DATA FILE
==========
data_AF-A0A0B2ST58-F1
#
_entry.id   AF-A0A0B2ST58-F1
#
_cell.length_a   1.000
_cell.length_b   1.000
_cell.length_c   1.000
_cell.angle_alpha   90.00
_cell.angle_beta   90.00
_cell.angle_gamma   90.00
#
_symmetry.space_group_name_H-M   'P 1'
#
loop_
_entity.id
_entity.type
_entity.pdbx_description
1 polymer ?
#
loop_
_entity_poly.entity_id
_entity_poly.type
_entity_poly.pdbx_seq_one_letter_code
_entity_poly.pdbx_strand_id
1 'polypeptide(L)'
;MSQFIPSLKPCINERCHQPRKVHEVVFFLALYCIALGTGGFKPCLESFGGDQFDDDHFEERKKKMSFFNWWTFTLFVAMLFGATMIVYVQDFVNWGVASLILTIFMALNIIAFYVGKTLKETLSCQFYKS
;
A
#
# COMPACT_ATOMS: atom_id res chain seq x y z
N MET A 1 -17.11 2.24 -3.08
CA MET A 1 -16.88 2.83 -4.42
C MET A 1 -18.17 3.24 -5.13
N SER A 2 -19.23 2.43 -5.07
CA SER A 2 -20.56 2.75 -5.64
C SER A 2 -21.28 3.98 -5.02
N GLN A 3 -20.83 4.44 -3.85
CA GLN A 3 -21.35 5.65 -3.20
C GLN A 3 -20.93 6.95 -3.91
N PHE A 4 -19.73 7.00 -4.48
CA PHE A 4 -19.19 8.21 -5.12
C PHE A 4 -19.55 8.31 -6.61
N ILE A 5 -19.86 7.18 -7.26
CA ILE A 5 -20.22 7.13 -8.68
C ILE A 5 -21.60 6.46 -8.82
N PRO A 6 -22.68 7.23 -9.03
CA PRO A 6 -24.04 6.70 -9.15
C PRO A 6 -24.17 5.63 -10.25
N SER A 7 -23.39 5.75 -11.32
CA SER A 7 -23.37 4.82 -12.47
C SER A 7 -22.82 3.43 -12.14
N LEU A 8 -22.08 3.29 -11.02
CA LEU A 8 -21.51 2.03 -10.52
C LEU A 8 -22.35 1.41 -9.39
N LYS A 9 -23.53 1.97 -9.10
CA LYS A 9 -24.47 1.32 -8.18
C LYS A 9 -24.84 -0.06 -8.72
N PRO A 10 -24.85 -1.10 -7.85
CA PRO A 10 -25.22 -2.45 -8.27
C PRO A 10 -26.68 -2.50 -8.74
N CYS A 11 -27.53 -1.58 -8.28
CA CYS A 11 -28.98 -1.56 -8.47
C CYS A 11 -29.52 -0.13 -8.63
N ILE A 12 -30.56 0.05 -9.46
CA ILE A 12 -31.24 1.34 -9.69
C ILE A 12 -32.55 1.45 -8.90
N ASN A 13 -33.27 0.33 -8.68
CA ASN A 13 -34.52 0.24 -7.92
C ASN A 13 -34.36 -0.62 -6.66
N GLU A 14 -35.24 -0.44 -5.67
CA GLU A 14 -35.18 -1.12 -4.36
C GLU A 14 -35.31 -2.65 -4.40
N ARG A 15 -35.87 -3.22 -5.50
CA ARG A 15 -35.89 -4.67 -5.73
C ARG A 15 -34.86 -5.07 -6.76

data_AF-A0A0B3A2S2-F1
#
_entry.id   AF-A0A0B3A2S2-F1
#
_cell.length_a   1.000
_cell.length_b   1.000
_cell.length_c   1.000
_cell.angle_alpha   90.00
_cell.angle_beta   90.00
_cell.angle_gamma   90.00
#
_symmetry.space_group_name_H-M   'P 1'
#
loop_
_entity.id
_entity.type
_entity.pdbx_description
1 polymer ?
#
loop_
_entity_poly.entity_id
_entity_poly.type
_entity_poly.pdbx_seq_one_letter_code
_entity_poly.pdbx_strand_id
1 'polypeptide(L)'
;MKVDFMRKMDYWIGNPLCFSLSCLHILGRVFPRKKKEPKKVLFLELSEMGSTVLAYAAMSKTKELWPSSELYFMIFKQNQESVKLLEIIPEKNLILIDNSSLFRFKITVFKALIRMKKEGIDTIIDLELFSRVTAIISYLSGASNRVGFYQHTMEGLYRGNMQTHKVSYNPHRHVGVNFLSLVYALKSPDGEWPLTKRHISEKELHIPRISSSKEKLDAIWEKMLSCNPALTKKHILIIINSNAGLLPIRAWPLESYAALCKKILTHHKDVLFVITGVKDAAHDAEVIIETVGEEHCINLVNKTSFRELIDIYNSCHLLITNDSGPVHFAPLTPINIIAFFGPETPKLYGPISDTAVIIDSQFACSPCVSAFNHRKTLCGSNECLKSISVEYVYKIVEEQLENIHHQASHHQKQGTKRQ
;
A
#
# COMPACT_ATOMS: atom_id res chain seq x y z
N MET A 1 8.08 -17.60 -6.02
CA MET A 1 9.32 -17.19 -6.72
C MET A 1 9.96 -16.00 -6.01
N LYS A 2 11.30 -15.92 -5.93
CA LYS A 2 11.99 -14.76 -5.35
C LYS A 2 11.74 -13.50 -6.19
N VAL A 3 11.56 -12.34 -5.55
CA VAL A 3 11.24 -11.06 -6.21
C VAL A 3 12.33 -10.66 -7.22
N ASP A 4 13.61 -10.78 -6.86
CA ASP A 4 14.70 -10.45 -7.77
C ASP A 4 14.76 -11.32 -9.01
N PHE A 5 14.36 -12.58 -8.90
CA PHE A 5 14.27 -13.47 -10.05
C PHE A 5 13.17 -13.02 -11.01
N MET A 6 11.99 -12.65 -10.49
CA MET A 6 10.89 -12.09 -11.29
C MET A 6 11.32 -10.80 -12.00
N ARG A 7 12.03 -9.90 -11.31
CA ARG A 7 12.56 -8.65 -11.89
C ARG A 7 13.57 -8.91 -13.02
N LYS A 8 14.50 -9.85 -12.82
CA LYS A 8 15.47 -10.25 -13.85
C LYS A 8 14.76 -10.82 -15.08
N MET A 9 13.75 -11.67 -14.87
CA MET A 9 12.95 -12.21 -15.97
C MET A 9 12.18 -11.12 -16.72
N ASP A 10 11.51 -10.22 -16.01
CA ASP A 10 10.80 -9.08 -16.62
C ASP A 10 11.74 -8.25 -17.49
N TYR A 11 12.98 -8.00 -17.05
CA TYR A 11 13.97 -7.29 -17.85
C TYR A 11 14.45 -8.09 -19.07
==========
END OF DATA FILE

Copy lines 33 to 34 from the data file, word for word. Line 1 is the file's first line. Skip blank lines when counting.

C MET A 1 -18.17 3.24 -5.13
N SER A 2 -19.23 2.43 -5.07